David Turner is the Engineering Manager for Ledwood. He explains why he is looking forward to sharing knowledge and improving processes with the Toyota Production System.

Toyota Motor Corporation’s vehicle production system is arguable one of the world’s great manufacturing success stories. Known as the Toyota Production System (TPS), it is often referred to as a ‘lean manufacturing system’ and is studied by manufacturing businesses in many different sectors.

TPS was largely created by Toyota founder Sakichi Toyoda, his son Kiichiro Toyoda and Toyota chief engineer Taiichi Ohno. The primary goal of TPS is to eliminate waste, called “muda.” Here at Ledwood, we have begun working with the Toyota Lean Management Centre in Deeside to develop our people and processes with lean management training based on the TPS model.

The first step has been for colleagues from our fabrication, engineering and purchasing teams to visit Rototherm in Port Talbot. With a heritage dating back to the 1840’s, Rototherm is a leading global manufacturer of measurement solutions for temperature, pressure, liquid concentration, non-invasive level, dissolved carbon dioxide and flow.  They have been pursuing the lean manufacturing philosophy for some time so it was useful to hear how TPS has benefited their business model.  

Continuous improvement and respect for people are at the heart of the Toyota ‘way’ which fits well with our culture and values. The end-goal is to improve overall performance and quality by eliminating waste. These include :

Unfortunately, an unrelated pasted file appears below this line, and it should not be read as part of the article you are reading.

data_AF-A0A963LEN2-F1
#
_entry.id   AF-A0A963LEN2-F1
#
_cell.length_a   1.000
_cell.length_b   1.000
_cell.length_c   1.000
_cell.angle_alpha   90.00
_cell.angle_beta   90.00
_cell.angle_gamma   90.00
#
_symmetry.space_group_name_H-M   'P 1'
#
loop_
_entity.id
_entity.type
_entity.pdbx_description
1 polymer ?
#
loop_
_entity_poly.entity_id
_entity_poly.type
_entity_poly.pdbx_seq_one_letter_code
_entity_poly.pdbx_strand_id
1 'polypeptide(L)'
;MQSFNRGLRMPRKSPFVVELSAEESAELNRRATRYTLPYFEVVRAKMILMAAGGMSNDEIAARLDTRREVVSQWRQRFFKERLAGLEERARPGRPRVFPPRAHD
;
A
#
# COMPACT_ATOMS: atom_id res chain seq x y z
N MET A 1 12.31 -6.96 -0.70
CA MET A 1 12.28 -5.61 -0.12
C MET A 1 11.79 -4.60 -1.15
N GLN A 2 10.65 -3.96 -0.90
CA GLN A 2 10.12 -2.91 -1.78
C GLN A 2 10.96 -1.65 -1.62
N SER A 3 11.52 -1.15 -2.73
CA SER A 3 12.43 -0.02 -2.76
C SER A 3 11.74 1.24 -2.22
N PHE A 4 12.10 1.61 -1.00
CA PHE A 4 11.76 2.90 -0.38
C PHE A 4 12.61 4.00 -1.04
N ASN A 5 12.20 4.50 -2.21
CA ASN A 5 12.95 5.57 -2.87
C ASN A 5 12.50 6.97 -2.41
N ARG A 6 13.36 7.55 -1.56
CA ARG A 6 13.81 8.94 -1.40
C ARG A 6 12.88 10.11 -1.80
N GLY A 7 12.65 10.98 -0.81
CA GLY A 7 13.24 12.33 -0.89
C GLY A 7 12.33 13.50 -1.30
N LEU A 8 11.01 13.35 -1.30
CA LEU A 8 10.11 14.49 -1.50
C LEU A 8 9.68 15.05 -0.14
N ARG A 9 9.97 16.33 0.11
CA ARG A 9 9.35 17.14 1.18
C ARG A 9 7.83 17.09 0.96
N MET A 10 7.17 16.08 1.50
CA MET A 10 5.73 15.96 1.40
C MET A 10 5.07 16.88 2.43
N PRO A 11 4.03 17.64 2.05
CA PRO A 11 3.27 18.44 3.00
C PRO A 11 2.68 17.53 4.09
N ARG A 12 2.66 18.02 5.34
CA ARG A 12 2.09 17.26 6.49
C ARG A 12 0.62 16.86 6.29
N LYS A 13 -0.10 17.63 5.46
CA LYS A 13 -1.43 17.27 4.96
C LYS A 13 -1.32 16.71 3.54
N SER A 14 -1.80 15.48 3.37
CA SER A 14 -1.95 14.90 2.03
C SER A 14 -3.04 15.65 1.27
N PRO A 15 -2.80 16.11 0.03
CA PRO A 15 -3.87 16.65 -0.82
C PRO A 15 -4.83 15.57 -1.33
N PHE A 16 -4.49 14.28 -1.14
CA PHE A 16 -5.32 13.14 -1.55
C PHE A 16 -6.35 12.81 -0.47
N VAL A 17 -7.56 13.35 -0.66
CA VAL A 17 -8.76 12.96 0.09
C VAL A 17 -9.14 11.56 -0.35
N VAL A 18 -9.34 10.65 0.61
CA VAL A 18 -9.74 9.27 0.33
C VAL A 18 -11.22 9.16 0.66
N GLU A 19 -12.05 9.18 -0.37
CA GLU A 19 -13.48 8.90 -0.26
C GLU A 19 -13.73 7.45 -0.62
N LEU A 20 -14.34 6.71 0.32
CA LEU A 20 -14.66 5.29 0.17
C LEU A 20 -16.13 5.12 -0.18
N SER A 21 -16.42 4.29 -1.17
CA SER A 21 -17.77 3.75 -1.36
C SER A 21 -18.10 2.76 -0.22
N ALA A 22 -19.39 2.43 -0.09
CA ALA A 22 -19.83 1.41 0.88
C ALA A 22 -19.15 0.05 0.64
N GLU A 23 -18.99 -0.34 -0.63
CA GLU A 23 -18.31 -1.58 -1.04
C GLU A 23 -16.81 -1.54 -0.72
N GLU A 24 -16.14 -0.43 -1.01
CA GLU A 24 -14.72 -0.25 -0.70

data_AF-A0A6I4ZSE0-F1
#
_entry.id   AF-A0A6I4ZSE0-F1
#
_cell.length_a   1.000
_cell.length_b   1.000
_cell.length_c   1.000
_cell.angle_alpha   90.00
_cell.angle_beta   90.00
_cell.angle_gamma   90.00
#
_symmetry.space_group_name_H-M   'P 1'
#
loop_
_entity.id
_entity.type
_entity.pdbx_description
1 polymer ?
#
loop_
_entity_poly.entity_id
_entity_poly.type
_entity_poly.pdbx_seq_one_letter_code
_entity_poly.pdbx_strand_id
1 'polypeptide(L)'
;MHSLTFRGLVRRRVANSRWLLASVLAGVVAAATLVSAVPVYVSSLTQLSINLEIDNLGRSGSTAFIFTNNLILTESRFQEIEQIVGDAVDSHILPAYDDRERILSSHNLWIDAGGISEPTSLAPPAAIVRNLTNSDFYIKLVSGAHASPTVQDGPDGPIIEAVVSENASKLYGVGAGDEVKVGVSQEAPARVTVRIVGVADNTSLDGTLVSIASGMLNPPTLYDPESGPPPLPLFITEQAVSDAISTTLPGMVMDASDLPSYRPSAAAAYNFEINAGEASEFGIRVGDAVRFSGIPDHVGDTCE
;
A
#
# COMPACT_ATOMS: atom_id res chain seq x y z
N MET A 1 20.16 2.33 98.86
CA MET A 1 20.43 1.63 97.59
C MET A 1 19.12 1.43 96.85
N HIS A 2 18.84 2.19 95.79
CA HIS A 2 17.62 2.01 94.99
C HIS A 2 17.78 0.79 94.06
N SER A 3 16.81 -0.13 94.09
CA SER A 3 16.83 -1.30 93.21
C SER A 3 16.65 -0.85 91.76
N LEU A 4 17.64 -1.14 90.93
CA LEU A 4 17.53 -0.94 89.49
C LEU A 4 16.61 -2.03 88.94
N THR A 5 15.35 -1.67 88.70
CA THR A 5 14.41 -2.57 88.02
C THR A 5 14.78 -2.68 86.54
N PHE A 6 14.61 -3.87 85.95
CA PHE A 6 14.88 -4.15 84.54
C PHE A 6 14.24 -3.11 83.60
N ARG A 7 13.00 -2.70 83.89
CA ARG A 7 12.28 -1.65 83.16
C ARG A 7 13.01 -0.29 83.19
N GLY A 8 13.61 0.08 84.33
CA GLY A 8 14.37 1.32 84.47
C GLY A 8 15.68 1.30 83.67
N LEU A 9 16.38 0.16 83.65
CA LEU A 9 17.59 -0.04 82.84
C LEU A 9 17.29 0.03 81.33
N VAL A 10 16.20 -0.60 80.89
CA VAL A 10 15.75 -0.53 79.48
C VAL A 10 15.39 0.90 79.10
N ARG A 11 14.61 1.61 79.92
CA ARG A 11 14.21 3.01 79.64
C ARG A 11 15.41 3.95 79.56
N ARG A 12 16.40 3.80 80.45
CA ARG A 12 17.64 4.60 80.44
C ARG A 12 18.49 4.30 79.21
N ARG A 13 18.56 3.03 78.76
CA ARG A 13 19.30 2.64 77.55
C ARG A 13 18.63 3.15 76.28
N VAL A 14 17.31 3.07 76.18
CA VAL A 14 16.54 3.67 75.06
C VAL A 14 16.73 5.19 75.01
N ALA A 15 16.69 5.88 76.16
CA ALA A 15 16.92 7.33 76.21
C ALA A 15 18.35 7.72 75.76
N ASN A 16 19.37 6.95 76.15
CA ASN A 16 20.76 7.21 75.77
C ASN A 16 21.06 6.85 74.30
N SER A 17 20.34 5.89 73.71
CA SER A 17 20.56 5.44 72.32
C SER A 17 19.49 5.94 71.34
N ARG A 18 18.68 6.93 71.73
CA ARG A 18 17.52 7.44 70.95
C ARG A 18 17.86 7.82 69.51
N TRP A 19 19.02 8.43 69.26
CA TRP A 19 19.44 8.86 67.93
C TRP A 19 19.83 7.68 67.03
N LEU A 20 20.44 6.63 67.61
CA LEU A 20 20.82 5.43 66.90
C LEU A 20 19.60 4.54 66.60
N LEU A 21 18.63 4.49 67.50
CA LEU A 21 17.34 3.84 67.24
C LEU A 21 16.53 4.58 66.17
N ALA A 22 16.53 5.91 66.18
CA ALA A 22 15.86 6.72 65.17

1. Overproduction – manufacturing an item before it is actually required therefore prohibiting the smooth flow of materials
  2. Waiting — whenever goods are not moving or being processed, the waste of waiting occurs.
  3. Transporting —transporting products between processes is a cost incursion which adds no value to the product.
  4. Inappropriate Processing —investing in smaller, more flexible equipment is often more efficient.
  5. Unnecessary Inventory — excess inventory increases lead times, consumes productive floor space, delays the identification of problems and inhibits communication.
  6. Unnecessary/Excess Motion — this waste is related to ergonomics and is seen in all instances of bending, stretching, walking, lifting and reaching.
  7. Defects —rework has a direct impact to the bottom line.

Working with The Toyota Lean Management Centre, we will be identifying and attacking the seven wastes with six key objectives:

  1. Optimise each individual step of the manufacturing system.
  2. Limit flaws and defects. This ensures that each part of the production line will go as planned.
  3. Reduce the manufacturing cost without compromising quality.
  4. Focus on products and services that are in demand. Make a product that is demanded by consumers. If there is no demand then there is only money lost.
  5. Encourage and embed flexibility to ensure a responsive and agile service.
  6. Communicate with our customers and suppliers to implement just-in-time manufacturing.

Clearly, Toyota is doing something right. And, in the words of our colleagues at the Toyota Lean Manufacturing Centre,  as any business leader knows, success does not happen by accident. It is the result of commitment, passion and the pursuit of excellence.

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